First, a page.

Rock Hill students can often be seen walking the halls with a computer or iPad in hand.
It’s a sight that reflects the district’s commitment to bringing technology to the classroom and supporting a digital approach to educating students, said Mychal Frost, spokesman for the Rock Hill school district.
The classroom can’t be defined by the four walls that surround students, but instead includes facilities, security systems, energy management and tools that support education, Frost said.
“It’s how these other systems support our core purpose, and that’s teaching,” he said.
It’s how these other systems support our core purpose, and that’s teaching.
Mychal Frost, Rock Hill schools
The district recently ranked sixth in the country in the annual Digital Schools District Survey, presented by the Center for Digital Education, a national research and advisory institute, a release states.
The survey recognizes school districts and school boards that use technology to “enhance the classroom experience and communication with stakeholders,” the release states. “Rock Hill Schools continues to invest in tools and professional development to better prepare its nearly 18,000 students for future generations.”
Any U.S. public school district can submit the survey responses, which are validated by the Center for Digital Education and used to determine the rankings, Frost said.
Questions focus on how the district shares information on public meetings, online transparency, the district’s use of social media, the ability of the public to electronically interact with school leaders and school security.
Districts are split into three categories: 3,000 or fewer students, 3,000-12,000 students and 12,000 or more students.
Rock Hill, which falls into the last category, is the only district in South Carolina to earn the recognition, the release states. Charlotte-Mecklenburg Schools ranked 10th.
“Technology is an essential tool for the transformation of education in our country,” said Kecia Ray, executive director for the Center for Digital Education. “The Digital School Districts Survey helps districts measure progress toward transformation and I’m proud to recognize these districts and the work that is represented in their award.”
The national award recognizes how the Rock Hill school district supports education through technology, including engagement through social media, safe campuses, technology in the classroom and digital tools for students, Frost said.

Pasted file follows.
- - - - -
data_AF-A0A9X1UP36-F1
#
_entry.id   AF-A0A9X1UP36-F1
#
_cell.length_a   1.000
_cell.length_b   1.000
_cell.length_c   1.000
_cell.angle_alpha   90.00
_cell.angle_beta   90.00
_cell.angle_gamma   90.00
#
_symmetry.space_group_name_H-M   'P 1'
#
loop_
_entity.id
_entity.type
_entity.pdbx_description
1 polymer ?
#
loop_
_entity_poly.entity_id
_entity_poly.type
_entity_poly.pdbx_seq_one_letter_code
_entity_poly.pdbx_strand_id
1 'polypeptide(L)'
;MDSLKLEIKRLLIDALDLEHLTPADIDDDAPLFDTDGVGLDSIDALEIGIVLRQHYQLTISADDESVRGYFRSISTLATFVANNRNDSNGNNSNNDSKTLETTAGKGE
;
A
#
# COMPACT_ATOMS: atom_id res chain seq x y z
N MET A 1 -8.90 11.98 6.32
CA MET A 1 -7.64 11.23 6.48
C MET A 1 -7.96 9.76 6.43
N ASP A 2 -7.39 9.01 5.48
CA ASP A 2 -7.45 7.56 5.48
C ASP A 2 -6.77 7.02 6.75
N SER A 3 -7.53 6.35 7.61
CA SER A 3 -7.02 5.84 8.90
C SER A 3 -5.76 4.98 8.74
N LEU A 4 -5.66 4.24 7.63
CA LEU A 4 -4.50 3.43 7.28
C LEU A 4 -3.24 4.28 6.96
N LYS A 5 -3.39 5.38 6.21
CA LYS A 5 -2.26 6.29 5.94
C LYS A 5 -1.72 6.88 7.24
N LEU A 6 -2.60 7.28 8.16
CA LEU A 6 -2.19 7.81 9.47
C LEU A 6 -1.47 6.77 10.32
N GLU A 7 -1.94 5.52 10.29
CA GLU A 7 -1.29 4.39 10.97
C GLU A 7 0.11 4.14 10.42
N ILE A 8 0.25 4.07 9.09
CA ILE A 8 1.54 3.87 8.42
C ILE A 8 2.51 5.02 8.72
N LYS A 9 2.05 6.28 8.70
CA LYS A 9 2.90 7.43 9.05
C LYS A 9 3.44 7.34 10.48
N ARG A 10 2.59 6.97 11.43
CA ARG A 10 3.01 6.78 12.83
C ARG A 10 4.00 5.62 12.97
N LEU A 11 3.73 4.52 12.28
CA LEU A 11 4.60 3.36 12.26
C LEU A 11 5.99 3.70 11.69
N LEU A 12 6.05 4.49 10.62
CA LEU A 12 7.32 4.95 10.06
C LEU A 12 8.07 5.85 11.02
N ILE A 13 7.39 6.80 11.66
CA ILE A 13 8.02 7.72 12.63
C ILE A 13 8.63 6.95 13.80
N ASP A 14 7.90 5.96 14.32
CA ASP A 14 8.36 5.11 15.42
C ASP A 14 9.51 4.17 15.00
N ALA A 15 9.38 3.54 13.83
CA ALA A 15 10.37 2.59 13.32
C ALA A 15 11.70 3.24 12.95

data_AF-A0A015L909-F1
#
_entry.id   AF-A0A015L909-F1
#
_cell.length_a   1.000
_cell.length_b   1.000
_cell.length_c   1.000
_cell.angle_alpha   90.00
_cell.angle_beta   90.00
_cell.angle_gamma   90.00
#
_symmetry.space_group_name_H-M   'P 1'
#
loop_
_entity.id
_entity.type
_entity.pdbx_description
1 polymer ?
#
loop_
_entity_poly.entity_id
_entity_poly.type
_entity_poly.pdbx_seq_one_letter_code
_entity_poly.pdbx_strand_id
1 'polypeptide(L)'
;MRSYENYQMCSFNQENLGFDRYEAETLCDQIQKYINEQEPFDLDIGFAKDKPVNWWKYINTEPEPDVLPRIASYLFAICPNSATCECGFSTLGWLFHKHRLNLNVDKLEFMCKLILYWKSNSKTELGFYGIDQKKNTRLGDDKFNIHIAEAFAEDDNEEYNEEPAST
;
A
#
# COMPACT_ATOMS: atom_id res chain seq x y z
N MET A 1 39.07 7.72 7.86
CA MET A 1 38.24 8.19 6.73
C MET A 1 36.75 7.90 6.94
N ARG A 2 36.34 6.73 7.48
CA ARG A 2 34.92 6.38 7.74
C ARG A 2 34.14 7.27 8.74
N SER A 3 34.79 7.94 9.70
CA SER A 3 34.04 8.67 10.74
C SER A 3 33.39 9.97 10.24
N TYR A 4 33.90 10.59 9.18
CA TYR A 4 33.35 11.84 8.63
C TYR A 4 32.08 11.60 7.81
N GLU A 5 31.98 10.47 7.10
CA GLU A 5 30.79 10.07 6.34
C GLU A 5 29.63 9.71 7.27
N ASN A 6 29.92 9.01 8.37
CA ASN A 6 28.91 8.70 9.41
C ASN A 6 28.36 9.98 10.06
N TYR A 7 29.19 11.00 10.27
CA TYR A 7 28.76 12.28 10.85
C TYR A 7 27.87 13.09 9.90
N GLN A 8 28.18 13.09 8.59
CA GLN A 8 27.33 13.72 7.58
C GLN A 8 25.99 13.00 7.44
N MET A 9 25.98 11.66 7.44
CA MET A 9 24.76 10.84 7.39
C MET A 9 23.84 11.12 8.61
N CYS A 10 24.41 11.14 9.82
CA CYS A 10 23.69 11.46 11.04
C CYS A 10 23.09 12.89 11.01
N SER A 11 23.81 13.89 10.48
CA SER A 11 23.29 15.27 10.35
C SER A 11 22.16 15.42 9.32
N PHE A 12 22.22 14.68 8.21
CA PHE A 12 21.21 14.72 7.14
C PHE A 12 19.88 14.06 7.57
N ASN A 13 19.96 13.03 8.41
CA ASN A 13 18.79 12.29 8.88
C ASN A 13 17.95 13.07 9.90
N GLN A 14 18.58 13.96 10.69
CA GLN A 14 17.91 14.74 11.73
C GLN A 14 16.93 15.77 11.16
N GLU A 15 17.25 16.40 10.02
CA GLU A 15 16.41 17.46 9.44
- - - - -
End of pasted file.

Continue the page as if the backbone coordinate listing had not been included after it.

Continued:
Rock Hill provides devices to students and ensures the network can handle the demand of those devices, Frost said.
“In today’s world, we get accustomed to walking into a facility, being able to hop on the free Wi-Fi, do what we need to do and leave,” he said. “If that’s the expectation of our students when they are not at school, how can we provide a comparable experience ... while monitoring activity. It’s a balance.”
Frost said digital textbooks allow students to interact with their classroom material.
“The tool of the 21st-century classroom is some type of personal computing device,” he said. “The tool is the conduit to provide instruction. Students are expected to have fun at school and excel ... the more we are able to provide an interactive learning experience on a device they want to have and want to use, the better.”
The tool of the 21st-century classroom is some type of personal computing device. The tool is the conduit to provide instruction.
Mychal Frost, Rock Hill schools
The use of educational games is also a way the district has tackled the technology-driven classroom, Frost said.
“Students are learning and they don’t realize they’re learning,” he said.
Beyond the direct education of students, technology plays a part in keeping campuses safe, Frost said.
The district’s security systems, card-access doors and remote-controlled energy management systems ensure campuses are able to support student learning, he said. The district’s mobile app puts information important to students and parents in one place.
“Rock Hill for a number of years has been proactive in its utilization of technology,” Frost said.
The award, Frost said, is a reflection of that effort.
“It’s a comprehensive award of basically everything we do,” he said. “It’s a pretty big deal.”